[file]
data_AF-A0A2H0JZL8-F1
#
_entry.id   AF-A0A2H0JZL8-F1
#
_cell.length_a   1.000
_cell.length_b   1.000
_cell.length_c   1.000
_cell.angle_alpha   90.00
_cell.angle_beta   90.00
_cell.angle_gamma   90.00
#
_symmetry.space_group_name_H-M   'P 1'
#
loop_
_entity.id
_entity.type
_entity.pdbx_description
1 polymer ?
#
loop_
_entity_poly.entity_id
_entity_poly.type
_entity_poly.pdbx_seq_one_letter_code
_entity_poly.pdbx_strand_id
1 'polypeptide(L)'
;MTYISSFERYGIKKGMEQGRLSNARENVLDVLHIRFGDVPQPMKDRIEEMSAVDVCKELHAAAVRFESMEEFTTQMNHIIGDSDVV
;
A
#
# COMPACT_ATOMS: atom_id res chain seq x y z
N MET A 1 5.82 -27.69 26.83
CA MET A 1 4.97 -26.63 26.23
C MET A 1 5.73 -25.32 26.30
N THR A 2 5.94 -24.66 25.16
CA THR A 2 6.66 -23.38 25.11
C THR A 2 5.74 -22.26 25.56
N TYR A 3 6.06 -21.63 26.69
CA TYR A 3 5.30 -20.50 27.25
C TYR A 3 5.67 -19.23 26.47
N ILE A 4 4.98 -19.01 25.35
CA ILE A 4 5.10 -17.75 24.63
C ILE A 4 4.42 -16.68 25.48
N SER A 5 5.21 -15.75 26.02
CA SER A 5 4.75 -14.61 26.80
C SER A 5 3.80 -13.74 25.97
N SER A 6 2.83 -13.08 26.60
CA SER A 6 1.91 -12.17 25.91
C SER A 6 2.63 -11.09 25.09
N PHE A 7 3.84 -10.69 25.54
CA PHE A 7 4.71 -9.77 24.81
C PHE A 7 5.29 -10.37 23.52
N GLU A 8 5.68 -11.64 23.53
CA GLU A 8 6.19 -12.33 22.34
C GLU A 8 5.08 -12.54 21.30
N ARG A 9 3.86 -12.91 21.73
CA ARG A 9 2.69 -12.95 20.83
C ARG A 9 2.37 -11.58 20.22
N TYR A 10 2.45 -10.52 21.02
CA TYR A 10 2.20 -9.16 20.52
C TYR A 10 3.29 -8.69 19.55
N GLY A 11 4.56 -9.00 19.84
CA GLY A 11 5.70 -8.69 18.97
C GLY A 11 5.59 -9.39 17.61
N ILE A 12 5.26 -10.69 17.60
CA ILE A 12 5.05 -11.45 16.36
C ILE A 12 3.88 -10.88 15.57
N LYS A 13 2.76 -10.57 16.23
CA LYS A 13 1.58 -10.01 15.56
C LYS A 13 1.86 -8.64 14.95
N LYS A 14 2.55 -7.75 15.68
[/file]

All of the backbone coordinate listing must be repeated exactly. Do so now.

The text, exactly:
data_AF-A0A2H0JZL8-F1
#
_entry.id   AF-A0A2H0JZL8-F1
#
_cell.length_a   1.000
_cell.length_b   1.000
_cell.length_c   1.000
_cell.angle_alpha   90.00
_cell.angle_beta   90.00
_cell.angle_gamma   90.00
#
_symmetry.space_group_name_H-M   'P 1'
#
loop_
_entity.id
_entity.type
_entity.pdbx_description
1 polymer ?
#
loop_
_entity_poly.entity_id
_entity_poly.type
_entity_poly.pdbx_seq_one_letter_code
_entity_poly.pdbx_strand_id
1 'polypeptide(L)'
;MTYISSFERYGIKKGMEQGRLSNARENVLDVLHIRFGDVPQPMKDRIEEMSAVDVCKELHAAAVRFESMEEFTTQMNHIIGDSDVV
;
A
#
# COMPACT_ATOMS: atom_id res chain seq x y z
N MET A 1 5.82 -27.69 26.83
CA MET A 1 4.97 -26.63 26.23
C MET A 1 5.73 -25.32 26.30
N THR A 2 5.94 -24.66 25.16
CA THR A 2 6.66 -23.38 25.11
C THR A 2 5.74 -22.26 25.56
N TYR A 3 6.06 -21.63 26.69
CA TYR A 3 5.30 -20.50 27.25
C TYR A 3 5.67 -19.23 26.47
N ILE A 4 4.98 -19.01 25.35
CA ILE A 4 5.10 -17.75 24.63
C ILE A 4 4.42 -16.68 25.48
N SER A 5 5.21 -15.75 26.02
CA SER A 5 4.75 -14.61 26.80
C SER A 5 3.80 -13.74 25.97
N SER A 6 2.83 -13.08 26.60
CA SER A 6 1.91 -12.17 25.91
C SER A 6 2.63 -11.09 25.09
N PHE A 7 3.84 -10.69 25.54
CA PHE A 7 4.71 -9.77 24.81
C PHE A 7 5.29 -10.37 23.52
N GLU A 8 5.68 -11.64 23.53
CA GLU A 8 6.19 -12.33 22.34
C GLU A 8 5.08 -12.54 21.30
N ARG A 9 3.86 -12.91 21.73
CA ARG A 9 2.69 -12.95 20.83
C ARG A 9 2.37 -11.58 20.22
N TYR A 10 2.45 -10.52 21.02
CA TYR A 10 2.20 -9.16 20.52
C TYR A 10 3.29 -8.69 19.55
N GLY A 11 4.56 -9.00 19.84
CA GLY A 11 5.70 -8.69 18.97
C GLY A 11 5.59 -9.39 17.61
N ILE A 12 5.26 -10.69 17.60
CA ILE A 12 5.05 -11.45 16.36
C ILE A 12 3.88 -10.88 15.57
N LYS A 13 2.76 -10.57 16.23
CA LYS A 13 1.58 -10.01 15.56
C LYS A 13 1.86 -8.64 14.95
N LYS A 14 2.55 -7.75 15.68